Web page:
Don't make new hires stump up huge costs to get started and use "gamification" tools to incentivise desirable traits such as loyalty and quality of work

Deliveroo, deliveroo technology

Deliveroo is one of the main companies associated with the gig economy (Credit: Deliveroo)

The gig economy continues to grow with companies like Uber and Deliveroo at its heart – but questions remain over workers’ rights. Roger Beadle, CEO of gig customer experience platform Limitless, discusses how companies in the sector can enshrine good working practices through lower entry barriers, local market compliance and fair rewards.


The gig economy has redefined how people work, and how organisations procure talent around the world.

Don’t let the “demise” of Uber in London fool you – in the UK, the Office for National Statistics, and the Association of Independent Professionals and the Self-Employed (IPSE), recently revealed that “the burgeoning freelance sector now has over two million people and has doubled in size over the past three years”.


Growth of gig economy working

In the US, gig working is also on the rise, with research by Edelman Intelligence stating: “Nearly half of Generation Z workers (defined as people born between 1995 and 2005) are freelancers.

“With 61 million Gen Z expected to be joining the workforce in the next few years, it appears many will be opting for a freelancing gig instead of or along with a more traditional nine to five job.”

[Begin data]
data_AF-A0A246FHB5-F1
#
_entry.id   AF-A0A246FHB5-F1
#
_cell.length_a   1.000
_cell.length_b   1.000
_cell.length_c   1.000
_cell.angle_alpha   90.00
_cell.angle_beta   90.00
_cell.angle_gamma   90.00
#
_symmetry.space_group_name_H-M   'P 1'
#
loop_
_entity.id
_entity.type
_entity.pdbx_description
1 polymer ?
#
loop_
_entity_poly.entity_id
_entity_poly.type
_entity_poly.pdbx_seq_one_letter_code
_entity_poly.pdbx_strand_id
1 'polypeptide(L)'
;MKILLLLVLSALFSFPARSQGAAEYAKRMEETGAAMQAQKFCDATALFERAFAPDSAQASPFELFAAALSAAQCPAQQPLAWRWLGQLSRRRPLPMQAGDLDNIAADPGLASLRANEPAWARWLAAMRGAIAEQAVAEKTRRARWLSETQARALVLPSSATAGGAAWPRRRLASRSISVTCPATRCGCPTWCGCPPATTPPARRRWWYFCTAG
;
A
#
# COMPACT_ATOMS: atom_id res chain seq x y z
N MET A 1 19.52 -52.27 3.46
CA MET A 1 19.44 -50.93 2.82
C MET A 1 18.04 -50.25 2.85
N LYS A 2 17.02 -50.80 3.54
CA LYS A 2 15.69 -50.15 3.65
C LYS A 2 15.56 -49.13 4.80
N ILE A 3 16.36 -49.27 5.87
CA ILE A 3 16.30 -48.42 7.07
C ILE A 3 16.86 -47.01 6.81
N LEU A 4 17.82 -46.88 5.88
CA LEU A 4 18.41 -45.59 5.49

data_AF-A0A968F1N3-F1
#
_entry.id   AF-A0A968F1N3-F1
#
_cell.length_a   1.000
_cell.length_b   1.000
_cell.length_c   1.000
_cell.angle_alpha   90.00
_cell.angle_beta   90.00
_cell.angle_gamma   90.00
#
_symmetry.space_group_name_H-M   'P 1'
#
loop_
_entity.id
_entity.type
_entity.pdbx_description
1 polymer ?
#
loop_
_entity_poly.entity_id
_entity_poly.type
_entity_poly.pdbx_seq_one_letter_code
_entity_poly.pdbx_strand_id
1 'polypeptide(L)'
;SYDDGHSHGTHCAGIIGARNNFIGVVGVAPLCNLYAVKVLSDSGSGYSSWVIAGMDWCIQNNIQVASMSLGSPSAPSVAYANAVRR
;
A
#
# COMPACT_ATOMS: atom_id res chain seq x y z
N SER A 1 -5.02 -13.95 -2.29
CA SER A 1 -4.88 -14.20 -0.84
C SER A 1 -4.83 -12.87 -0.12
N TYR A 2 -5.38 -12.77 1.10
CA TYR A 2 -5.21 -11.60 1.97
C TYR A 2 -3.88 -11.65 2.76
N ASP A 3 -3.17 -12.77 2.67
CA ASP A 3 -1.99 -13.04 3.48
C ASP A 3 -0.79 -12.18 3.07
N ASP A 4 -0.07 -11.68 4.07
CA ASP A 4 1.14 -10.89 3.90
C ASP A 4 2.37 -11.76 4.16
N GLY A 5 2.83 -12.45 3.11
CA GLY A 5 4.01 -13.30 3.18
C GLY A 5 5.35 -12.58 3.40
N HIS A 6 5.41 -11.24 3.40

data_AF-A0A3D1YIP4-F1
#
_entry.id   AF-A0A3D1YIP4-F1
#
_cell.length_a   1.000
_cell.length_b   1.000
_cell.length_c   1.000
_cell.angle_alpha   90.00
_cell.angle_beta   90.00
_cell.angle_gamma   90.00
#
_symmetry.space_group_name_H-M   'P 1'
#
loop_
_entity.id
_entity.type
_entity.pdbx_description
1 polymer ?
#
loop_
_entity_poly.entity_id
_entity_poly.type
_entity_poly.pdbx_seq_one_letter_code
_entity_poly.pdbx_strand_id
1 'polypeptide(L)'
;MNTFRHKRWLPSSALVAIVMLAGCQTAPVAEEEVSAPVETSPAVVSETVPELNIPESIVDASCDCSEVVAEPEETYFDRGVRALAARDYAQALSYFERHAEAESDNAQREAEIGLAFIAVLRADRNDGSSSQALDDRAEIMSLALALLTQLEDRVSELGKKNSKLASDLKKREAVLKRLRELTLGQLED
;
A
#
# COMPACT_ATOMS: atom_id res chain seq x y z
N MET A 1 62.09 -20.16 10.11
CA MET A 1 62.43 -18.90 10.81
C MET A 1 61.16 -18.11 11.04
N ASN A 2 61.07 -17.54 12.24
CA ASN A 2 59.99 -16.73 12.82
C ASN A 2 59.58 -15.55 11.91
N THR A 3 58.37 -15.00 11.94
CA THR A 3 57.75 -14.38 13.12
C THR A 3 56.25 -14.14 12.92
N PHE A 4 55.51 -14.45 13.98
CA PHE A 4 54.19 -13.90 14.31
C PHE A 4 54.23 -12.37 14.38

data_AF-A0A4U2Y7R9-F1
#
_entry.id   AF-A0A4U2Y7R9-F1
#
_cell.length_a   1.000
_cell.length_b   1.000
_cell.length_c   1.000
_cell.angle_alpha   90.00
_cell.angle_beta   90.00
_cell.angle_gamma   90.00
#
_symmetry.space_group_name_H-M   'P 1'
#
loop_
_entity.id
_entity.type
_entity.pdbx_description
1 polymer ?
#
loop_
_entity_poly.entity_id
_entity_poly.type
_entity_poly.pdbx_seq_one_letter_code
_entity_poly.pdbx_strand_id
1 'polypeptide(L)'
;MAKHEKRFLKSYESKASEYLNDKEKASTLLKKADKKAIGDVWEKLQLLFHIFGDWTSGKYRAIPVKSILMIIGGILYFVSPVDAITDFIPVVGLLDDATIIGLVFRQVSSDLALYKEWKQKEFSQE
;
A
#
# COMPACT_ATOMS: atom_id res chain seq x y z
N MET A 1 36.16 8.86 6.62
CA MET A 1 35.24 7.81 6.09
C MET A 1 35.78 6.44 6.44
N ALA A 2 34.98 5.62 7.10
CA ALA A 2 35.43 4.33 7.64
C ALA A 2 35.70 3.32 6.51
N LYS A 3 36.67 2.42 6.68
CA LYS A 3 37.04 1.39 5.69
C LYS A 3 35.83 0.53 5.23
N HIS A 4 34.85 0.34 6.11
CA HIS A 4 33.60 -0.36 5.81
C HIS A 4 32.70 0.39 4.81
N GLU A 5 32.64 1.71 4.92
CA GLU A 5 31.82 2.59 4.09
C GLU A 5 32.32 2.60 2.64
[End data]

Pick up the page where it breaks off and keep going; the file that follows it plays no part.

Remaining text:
From a global brand and enterprise perspective, gig-based customer service is proving to be a valuable tool in winning the war on talent and operating cost-effectively in a competitive environment.

Limitless CEO Roger Beadle
Limitless CEO Roger Beadle

Employers are relying on giggers to maintain a flexible workforce that is available on-demand 24/7 globally.

This approach also allows companies to cut costs and invest savings in other parts of the business to stay ahead of the curve.

Look at Microsoft, for example – it has acknowledged that it views the gig economy as a key sourcing strategy for its global customer services operations.


Two sides of the gig economy coin: Workers’ rights are important too

Still, these benefits must be balanced with the acknowledgement that the gig economy can be exploitative and can often leave workers vulnerable and exposed.

Gig workers, as independent contractors, do not receive benefits, like pensions or sick pay, from the companies that contract them; rather, they must procure them on their own.

People are paid per “gig” and for some, this means there can often be a lot of idle time in between projects.

For those with financial commitments such as mortgages, the insecure nature of the work can lead to stress and ill-health as they worry about their income.

In the past, Uber and DX have come under fire for not doing enough to protect the interests of their drivers. It’s clear that legislation and employment regulations are yet to catch up to the requirements of the emergent gig workforce.


How to give gig economy workers equal rights

So how can companies maintain a “good gig” at all times? Here are four steps I’d recommend:

Be compliant in local markets

You need to ensure that every market you operate in has localised contracts to safeguard the interests of your workforce.